By now you have realized that it isn’t going to be just you and your significant other anymore. The two of you have decided to start a family and as you both anxiously await the arrival of your new addition, there are a few things to start thinking about.
Nine months is going to go faster than you both realize, and having a bulk of your planning done will tremendously ease the transition from two to three or four. You will have new expenses, as you already know (and I’m sure you’ve been told by the majority of your friends and family), kids are expensive. You and your spouse are going to have to be ready for these additional expenses.
Daycare costs are probably the largest expenses with a child, at least initially. The good news is there are ways to decrease and successfully manage your daycare expenses. When you go to sit down with your company’s HR representative, ask about a flexible spending account
A flexible spending account will allow you to set aside up to $5,000, tax free, for childcare expenses. The catch with a flexible spending account is that it is on a use it or lose it basis. If you only spend $4,500 dollars on childcare expenses in the year, you will lose the remaining $500.
When your child is young, you could easily spend over $5,000; therefore, the use it or lose it basis would not be a factor, but as you child gets older, daycare costs decrease. Bearing that in mind, you may only want to set aside $4,000 into your flexible spending account.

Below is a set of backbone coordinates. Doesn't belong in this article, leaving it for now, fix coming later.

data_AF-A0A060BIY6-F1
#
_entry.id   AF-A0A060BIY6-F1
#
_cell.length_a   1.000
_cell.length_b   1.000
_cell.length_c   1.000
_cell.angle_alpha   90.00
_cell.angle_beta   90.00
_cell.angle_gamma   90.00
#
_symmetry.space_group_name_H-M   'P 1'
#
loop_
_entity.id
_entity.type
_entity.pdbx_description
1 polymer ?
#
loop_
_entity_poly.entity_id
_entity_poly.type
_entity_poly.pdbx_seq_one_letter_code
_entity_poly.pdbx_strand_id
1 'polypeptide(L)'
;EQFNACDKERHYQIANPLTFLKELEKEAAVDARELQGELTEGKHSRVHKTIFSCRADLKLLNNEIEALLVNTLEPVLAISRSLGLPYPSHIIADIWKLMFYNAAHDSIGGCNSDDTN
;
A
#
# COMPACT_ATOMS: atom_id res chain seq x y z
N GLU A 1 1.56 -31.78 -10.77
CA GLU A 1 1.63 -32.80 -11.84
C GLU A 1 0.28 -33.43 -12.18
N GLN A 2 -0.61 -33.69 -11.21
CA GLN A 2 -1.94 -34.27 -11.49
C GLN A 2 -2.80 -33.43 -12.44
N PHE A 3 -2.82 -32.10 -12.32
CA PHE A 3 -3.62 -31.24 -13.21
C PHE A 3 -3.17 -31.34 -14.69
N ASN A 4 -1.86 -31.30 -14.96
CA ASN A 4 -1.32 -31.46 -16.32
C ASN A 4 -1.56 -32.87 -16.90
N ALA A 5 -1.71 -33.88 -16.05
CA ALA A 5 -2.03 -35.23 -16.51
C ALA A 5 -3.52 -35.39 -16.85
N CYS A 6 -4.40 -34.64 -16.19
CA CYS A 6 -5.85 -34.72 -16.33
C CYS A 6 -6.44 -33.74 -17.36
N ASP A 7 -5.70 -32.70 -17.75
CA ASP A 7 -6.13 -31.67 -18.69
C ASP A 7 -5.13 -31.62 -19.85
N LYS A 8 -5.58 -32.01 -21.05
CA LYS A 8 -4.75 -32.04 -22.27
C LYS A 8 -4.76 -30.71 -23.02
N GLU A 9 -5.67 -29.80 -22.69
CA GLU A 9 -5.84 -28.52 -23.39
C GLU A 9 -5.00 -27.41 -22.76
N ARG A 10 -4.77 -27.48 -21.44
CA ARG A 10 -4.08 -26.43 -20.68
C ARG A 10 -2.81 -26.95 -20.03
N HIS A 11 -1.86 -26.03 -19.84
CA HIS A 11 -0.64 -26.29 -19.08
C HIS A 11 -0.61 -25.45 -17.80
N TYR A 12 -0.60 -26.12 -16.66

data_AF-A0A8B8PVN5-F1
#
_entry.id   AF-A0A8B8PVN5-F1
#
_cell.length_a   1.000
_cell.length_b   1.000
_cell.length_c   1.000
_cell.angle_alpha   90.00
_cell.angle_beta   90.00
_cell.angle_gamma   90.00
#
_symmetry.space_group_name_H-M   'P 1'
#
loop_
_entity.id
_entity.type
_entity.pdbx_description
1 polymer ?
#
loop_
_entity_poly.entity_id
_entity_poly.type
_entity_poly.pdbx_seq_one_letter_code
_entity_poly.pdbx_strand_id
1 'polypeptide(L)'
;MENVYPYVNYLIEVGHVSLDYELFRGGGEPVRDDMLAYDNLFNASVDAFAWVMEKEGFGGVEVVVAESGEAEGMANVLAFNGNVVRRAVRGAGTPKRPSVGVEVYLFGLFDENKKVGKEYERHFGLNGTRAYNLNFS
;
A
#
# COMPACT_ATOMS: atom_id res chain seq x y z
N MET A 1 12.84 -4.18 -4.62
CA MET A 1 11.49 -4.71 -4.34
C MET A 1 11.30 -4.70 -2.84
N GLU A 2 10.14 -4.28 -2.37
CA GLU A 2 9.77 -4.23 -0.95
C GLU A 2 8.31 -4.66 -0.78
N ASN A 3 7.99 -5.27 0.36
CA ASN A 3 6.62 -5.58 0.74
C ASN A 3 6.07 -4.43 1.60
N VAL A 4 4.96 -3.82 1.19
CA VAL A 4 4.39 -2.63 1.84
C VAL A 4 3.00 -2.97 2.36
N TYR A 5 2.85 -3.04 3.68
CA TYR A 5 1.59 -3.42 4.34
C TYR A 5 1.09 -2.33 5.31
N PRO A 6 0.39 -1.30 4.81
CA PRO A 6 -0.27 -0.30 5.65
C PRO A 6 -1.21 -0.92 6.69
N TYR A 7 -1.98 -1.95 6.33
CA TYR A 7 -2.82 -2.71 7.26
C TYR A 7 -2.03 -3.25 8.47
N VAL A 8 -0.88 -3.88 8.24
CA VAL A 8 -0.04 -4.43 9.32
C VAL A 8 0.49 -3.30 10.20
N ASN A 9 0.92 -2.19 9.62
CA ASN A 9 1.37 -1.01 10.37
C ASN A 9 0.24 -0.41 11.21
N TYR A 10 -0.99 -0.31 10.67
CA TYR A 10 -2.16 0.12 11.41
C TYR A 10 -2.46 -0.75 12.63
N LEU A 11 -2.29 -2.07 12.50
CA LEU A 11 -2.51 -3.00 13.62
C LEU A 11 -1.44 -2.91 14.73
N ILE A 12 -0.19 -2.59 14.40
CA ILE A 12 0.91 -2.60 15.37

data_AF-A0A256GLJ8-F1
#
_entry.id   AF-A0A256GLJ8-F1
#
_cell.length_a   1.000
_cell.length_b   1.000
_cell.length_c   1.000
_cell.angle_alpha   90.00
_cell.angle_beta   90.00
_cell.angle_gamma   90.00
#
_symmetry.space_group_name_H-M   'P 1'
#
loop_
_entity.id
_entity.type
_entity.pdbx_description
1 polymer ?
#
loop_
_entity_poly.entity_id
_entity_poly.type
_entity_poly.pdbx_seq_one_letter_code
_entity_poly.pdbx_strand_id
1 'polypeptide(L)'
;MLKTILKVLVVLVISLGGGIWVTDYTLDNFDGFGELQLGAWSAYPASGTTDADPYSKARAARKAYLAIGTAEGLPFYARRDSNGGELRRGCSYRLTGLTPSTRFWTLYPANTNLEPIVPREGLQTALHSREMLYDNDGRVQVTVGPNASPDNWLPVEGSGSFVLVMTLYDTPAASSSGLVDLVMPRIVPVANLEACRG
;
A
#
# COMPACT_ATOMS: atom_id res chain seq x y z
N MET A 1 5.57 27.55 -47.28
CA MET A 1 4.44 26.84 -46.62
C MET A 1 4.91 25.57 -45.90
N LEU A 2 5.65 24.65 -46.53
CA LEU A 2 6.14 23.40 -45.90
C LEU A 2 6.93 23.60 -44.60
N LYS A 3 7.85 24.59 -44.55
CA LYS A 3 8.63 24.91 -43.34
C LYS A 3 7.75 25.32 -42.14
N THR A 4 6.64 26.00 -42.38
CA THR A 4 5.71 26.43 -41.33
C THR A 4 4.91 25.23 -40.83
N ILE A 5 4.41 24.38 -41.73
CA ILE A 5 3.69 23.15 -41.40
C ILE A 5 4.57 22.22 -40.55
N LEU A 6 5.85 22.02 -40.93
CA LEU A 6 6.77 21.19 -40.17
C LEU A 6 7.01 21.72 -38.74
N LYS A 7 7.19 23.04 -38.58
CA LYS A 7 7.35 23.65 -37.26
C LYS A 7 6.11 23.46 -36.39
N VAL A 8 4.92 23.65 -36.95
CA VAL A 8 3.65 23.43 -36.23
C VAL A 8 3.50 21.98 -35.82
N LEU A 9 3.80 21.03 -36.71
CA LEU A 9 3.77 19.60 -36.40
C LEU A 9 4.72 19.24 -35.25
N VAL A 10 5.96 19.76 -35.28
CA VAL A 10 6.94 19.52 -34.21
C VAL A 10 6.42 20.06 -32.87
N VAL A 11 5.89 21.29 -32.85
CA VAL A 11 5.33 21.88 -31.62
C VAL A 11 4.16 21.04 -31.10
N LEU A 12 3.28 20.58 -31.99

Not every company offers a flexible spending account, but it is something worth asking about because it is a helpful asset when setting aside money for your child. Consult your tax advisors to stay updated on changes with these types of plans.
Formula, diapers, clothes, toys, learning tools and so much more will add up. While I don’t have a spectacular answer to save on all of these other than watching the Sunday paper for coupons, I do have a solution for clothes.
Children, babies especially, grow at amazingly fast rates so clothing can become an extraordinarily large expense. So my solution is hand-me downs. If you have a friend or relative who has had a child, ask them if they have baby clothes or other clothing their children have grown out of. This alone will save your family a lot of money to use elsewhere.
Saving for college
is on any parents mind, maybe as soon as they find out they are expecting. I have yet to meet a family who isn’t concerned about saving for their children’s college. A college fund
account is a positive planning tool to set up as soon as possible to continually set aside money for your child.
If your parents are anything like mine, they plan on spoiling your kids rotten. An easy way to increase your child’s college fund is to ask them not to stop spoiling their grandchild, but rather than spending all the money on toys and gifts, take half the money and put it into the savings account for your child’s college fund. I am sure they will be more than happy to oblige.
With all of these new expenses and obligations, it is easy to put saving for retirement on the back burner. I highly recommend avoiding this at all costs. It is nearly impossible to replace the time value of money. Be sure to be saving something each year for retirement. Starting a family is an exciting adventure and being prepared financially will help aid in your journey.